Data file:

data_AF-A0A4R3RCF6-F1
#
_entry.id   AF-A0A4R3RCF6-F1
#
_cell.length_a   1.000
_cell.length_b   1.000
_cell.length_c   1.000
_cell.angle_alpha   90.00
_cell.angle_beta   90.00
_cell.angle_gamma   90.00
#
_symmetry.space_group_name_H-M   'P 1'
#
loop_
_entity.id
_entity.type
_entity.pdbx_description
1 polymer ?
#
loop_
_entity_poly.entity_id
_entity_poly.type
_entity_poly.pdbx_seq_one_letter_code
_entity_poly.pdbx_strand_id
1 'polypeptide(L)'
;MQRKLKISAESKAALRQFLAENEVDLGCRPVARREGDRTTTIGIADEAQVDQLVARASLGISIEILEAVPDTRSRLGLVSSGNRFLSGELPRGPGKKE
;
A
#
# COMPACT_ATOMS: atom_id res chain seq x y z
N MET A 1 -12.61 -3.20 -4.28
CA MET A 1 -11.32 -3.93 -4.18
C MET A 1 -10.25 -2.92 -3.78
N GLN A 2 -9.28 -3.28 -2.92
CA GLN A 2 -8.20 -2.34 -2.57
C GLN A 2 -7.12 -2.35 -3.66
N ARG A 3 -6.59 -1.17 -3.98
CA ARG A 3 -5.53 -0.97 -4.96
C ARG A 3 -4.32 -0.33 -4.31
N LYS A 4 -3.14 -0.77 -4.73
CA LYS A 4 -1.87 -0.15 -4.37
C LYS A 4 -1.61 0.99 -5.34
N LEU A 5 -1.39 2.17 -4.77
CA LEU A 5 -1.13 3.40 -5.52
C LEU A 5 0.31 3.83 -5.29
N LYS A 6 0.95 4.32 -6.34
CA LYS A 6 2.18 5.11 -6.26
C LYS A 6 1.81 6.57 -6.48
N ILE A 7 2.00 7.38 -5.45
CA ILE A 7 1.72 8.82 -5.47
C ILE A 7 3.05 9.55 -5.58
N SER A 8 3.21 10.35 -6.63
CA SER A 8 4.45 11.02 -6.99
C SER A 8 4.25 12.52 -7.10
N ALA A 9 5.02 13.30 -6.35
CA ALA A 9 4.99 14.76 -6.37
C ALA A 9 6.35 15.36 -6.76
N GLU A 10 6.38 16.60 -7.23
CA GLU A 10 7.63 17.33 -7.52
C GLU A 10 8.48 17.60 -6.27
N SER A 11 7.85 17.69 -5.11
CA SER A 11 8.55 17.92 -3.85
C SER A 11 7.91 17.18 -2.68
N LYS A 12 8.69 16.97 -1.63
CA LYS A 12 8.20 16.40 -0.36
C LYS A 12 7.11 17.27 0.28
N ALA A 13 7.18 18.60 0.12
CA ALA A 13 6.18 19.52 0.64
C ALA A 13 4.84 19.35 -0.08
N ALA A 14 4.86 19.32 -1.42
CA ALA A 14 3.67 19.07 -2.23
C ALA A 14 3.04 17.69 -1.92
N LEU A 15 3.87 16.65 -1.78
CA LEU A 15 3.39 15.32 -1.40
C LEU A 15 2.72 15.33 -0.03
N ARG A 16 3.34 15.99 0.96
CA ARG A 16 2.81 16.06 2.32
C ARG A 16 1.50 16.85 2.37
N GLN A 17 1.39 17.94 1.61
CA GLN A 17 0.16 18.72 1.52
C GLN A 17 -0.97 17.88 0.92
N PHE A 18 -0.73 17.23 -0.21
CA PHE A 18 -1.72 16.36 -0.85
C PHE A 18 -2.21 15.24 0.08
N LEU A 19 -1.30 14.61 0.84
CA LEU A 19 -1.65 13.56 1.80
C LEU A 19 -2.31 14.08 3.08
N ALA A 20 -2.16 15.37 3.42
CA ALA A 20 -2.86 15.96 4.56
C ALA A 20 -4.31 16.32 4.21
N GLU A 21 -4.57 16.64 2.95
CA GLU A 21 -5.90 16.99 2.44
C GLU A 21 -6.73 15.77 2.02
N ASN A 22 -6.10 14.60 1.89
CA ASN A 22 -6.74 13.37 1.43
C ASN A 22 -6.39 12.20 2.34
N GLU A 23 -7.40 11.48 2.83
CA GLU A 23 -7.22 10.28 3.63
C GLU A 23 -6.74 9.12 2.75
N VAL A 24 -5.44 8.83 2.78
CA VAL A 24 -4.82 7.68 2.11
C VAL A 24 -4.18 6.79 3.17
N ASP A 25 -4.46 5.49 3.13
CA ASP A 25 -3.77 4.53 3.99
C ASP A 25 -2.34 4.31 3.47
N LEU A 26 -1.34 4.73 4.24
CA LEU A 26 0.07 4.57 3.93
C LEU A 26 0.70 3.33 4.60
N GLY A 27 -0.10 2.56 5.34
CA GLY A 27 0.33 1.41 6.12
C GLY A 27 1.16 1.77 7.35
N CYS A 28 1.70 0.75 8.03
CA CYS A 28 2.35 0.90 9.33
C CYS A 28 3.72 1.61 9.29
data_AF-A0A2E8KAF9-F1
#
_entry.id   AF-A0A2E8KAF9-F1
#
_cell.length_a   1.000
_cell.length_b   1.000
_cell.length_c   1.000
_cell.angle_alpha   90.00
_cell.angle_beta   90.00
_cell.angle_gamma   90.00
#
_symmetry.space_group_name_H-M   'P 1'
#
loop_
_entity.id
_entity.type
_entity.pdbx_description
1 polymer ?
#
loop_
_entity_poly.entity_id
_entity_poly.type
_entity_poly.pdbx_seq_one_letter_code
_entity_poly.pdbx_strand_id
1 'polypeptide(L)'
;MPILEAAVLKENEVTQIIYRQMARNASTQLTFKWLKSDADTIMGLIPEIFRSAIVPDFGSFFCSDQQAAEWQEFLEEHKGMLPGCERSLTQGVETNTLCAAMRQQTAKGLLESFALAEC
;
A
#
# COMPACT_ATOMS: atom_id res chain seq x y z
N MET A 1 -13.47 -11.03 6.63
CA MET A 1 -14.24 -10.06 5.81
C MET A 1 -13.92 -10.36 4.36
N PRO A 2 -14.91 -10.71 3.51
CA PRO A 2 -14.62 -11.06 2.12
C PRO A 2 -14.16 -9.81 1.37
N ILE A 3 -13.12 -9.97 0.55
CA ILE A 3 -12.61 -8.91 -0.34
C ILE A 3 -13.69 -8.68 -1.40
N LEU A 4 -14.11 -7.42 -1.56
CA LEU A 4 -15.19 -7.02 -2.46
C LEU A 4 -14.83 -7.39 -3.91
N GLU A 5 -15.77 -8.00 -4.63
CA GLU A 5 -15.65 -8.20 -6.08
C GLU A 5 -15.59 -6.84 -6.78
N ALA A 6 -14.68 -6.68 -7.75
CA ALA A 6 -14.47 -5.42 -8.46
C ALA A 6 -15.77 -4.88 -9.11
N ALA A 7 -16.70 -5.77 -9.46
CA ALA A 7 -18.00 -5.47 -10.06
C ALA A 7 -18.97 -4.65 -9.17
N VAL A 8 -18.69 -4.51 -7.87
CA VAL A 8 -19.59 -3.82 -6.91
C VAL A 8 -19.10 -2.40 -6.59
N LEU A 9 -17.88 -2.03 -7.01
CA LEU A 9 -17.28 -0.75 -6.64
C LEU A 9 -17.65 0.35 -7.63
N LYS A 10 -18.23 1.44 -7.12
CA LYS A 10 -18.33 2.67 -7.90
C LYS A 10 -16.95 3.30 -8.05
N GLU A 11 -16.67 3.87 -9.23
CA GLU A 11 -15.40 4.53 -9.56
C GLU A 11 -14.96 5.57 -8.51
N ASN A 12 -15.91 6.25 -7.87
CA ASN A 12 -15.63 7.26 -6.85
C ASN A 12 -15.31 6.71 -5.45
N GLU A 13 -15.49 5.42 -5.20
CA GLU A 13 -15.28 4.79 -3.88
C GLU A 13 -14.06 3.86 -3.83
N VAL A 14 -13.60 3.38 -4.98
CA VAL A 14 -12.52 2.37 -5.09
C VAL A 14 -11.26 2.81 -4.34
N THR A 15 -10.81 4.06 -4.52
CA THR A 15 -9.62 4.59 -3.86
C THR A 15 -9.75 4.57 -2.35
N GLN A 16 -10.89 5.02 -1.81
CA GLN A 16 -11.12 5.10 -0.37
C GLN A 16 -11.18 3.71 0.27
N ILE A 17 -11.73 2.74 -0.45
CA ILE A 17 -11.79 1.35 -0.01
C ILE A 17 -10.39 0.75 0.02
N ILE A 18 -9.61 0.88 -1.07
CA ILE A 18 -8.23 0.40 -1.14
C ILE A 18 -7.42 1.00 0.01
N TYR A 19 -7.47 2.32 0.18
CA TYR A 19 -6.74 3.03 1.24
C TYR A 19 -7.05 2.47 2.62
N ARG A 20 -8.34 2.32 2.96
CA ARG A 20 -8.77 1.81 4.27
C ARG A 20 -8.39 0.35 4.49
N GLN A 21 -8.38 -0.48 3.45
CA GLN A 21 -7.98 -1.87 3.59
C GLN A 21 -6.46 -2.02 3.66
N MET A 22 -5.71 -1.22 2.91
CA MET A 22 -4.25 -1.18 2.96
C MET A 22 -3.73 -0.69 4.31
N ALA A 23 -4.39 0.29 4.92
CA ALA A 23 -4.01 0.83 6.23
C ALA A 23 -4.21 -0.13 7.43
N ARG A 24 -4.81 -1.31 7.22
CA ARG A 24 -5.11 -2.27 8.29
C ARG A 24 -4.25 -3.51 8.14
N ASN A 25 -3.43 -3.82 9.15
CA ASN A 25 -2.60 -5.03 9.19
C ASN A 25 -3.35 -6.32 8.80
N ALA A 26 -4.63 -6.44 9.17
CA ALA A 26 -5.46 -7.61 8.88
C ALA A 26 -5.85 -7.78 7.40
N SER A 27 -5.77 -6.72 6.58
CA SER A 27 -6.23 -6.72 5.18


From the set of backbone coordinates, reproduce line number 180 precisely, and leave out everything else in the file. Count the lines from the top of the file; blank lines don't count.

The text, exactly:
C ASN A 12 -15.31 6.71 -5.45